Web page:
Early in 1999 SIB formed American Construction Lending Services, Inc. (ACLS) after being approached by experienced lenders in the residential construction loan business who were looking to create a start-up. ACLS would lend money to builders, who would in turn transfer a new home to the owner. ACLS would then sell the loan in the marketplace. The venture would in effect give SIB the ability to generate higher-yielding, short-term loans in a rapidly growing segment of the residential construction lending business.
Later in 1999 SIB acquired First State Bancorp, Inc. and First State Bank, a New Jersey commercial bank worth $374 million with six branches serving Monmouth and Ocean Counties. The deal was an important step for SIB, not only to reach westward into New Jersey but to grow its traditional business: deposits. The possibilities were limited for further growth on Staten Island (and to a lesser extent, Brooklyn). Most activity would simply be a shifting of accounts from one bank to another. Certain parts of New Jersey, however, offered true growth potential.
Five years removed from the Gateway State Bank transaction, SIB had undergone so many changes, both in product lines and geographic markets, that management felt it was time to change the name of its banking subsidiary, Staten Island Savings Bank. The words 'savings bank' was too limiting, and the association with Staten Island meant little to New Jersey customers. A compromise was found in the name SI Bank & Trust, which more accurately described the business while retaining some name recognition for its Staten Island customers.
SIB continued its efforts at diversification in January 2000 when it formed SIB Financial Services to sell life insurance. In October 2000 SI Bank & Trust signed an agreement to purchase four New Jersey branches from Unity Bancorp. Three were located in Union County and one in Middlesex County. The deal brought the total number of New Jersey branches to ten. Doherty also announced the bank's intention to open another three facilities in New Jersey in the near future.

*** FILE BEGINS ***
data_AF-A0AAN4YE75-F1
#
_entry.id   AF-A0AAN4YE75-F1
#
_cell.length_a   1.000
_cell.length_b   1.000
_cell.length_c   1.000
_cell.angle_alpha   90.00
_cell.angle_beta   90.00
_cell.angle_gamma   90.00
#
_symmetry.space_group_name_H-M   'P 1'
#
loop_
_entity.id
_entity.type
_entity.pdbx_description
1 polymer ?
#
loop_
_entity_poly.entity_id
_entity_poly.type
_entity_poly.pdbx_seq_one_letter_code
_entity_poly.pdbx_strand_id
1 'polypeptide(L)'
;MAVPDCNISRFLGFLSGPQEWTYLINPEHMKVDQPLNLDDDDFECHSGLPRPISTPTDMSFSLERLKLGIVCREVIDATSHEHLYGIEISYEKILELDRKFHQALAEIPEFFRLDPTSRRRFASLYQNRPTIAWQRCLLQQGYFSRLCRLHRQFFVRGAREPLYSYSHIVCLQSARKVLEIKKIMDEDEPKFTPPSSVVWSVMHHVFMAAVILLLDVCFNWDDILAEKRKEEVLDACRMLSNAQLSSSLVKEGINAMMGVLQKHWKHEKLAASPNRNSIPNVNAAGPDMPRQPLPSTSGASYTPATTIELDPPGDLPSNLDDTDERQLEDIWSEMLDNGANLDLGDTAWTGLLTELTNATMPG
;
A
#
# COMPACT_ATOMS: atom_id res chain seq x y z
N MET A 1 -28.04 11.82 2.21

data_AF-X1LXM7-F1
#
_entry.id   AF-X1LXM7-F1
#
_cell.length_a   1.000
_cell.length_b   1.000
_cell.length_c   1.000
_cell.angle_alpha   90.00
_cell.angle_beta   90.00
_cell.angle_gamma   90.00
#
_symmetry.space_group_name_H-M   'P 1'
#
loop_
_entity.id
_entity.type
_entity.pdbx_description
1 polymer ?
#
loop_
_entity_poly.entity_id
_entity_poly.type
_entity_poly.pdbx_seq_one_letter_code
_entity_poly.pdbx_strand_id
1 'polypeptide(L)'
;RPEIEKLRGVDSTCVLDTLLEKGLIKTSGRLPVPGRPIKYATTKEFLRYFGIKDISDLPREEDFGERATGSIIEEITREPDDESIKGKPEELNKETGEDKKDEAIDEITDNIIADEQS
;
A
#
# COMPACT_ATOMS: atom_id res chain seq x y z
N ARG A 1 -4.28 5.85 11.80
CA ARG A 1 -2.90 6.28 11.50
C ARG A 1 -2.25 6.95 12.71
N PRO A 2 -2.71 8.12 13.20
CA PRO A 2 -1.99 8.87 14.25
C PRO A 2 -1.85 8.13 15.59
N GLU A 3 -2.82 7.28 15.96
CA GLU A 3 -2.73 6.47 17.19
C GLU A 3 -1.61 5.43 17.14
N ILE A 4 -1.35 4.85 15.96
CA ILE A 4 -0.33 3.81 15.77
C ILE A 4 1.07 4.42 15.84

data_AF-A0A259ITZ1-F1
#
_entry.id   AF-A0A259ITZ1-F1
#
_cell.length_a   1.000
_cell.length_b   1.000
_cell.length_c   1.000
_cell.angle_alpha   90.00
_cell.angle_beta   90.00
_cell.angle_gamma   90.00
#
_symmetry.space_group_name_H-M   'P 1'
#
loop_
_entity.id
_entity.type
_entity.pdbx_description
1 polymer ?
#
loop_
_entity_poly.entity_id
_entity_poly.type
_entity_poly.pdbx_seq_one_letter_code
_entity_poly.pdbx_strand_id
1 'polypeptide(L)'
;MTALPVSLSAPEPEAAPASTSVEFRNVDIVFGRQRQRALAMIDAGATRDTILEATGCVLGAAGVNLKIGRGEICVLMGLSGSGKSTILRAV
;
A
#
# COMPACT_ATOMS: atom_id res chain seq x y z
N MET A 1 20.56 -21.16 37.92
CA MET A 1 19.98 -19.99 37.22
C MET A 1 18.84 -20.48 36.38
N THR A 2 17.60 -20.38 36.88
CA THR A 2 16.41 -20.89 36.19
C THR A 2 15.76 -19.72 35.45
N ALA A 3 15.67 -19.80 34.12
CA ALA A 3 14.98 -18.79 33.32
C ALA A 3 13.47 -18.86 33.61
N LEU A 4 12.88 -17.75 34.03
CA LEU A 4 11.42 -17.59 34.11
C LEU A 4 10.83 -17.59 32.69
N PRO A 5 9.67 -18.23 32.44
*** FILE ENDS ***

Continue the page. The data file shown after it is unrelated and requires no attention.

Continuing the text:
With assets standing at $5 billion (as of June 2000), its business far more diversified than when it had been strictly a mutual savings bank, and a geographic reach that now extended nationwide, SIB entered 2001 poised for continued growth, yet harboring some concerns. Doherty told the Wall Street Corporate Reporter in an October 2000 interview, 'The biggest challenge ahead of SIB is execution, which is paramount. If we trip and fall in any of the areas where we are trying to execute strategies for expansion into Brooklyn and New Jersey or are unable to find marriages with other institutions, we won't have the ability to expand our base and grow the balance sheet. We need to be able to duplicate what we are doing successfully on Staten Island in our new markets in both Brooklyn and New Jersey and that is just what we are doing.'
Principal Subsidiaries: SI Bank & Trust; SIB Investment Corporation; SIB Mortgage Corp.; Staten Island Funding Corporation; American Construction Lending Services, Inc.
Principal Competitors: HSBC USA; Independence Community Bank; Richmond County Financial.
- 1864: Staten Island Savings Bank chartered by state.
- 1867: Bank begins operations.
- 1983: Bank merges with Richmond County Federal Savings and Loan Association.
- 1995: Bank acquires Gateway BanCorp.
- 1997: Staten Island Bancorp (SIB) formed; bank converts from mutual to stock ownership under SIB.
- 1999: SIB acquires First State Bank, expands into New Jersey.
- 2000: Banking subsidiary changes name to SI Bank & Trust.